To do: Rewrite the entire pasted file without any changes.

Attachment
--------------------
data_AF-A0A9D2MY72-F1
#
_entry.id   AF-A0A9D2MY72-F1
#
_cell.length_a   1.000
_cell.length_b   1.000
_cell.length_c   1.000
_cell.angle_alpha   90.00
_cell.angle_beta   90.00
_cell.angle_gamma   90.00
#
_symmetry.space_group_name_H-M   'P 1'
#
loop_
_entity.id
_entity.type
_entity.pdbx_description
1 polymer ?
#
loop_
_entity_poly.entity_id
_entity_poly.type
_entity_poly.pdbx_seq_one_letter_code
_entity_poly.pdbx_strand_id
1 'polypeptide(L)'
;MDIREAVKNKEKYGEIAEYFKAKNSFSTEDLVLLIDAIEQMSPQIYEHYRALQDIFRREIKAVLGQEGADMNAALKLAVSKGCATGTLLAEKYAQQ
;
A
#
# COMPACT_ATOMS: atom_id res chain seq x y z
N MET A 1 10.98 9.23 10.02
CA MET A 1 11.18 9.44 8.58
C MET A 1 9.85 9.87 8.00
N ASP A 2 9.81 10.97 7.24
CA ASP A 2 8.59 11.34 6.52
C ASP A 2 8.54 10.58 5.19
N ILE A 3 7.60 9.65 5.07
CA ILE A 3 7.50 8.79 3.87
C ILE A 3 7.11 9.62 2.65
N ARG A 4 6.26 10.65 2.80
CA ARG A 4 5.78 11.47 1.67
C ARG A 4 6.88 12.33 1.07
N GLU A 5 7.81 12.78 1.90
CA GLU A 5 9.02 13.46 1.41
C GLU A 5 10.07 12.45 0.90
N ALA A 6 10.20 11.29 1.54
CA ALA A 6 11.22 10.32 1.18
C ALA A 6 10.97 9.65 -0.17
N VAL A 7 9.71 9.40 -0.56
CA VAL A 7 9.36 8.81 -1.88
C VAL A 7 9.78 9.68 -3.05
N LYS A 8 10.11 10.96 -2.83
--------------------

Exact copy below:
data_AF-A0A9D2MY72-F1
#
_entry.id   AF-A0A9D2MY72-F1
#
_cell.length_a   1.000
_cell.length_b   1.000
_cell.length_c   1.000
_cell.angle_alpha   90.00
_cell.angle_beta   90.00
_cell.angle_gamma   90.00
#
_symmetry.space_group_name_H-M   'P 1'
#
loop_
_entity.id
_entity.type
_entity.pdbx_description
1 polymer ?
#
loop_
_entity_poly.entity_id
_entity_poly.type
_entity_poly.pdbx_seq_one_letter_code
_entity_poly.pdbx_strand_id
1 'polypeptide(L)'
;MDIREAVKNKEKYGEIAEYFKAKNSFSTEDLVLLIDAIEQMSPQIYEHYRALQDIFRREIKAVLGQEGADMNAALKLAVSKGCATGTLLAEKYAQQ
;
A
#
# COMPACT_ATOMS: atom_id res chain seq x y z
N MET A 1 10.98 9.23 10.02
CA MET A 1 11.18 9.44 8.58
C MET A 1 9.85 9.87 8.00
N ASP A 2 9.81 10.97 7.24
CA ASP A 2 8.59 11.34 6.52
C ASP A 2 8.54 10.58 5.19
N ILE A 3 7.60 9.65 5.07
CA ILE A 3 7.50 8.79 3.87
C ILE A 3 7.11 9.62 2.65
N ARG A 4 6.26 10.65 2.80
CA ARG A 4 5.78 11.47 1.67
C ARG A 4 6.88 12.33 1.07
N GLU A 5 7.81 12.78 1.90
CA GLU A 5 9.02 13.46 1.41
C GLU A 5 10.07 12.45 0.90
N ALA A 6 10.20 11.29 1.54
CA ALA A 6 11.22 10.32 1.18
C ALA A 6 10.97 9.65 -0.17
N VAL A 7 9.71 9.40 -0.56
CA VAL A 7 9.36 8.81 -1.88
C VAL A 7 9.78 9.68 -3.05
N LYS A 8 10.11 10.96 -2.83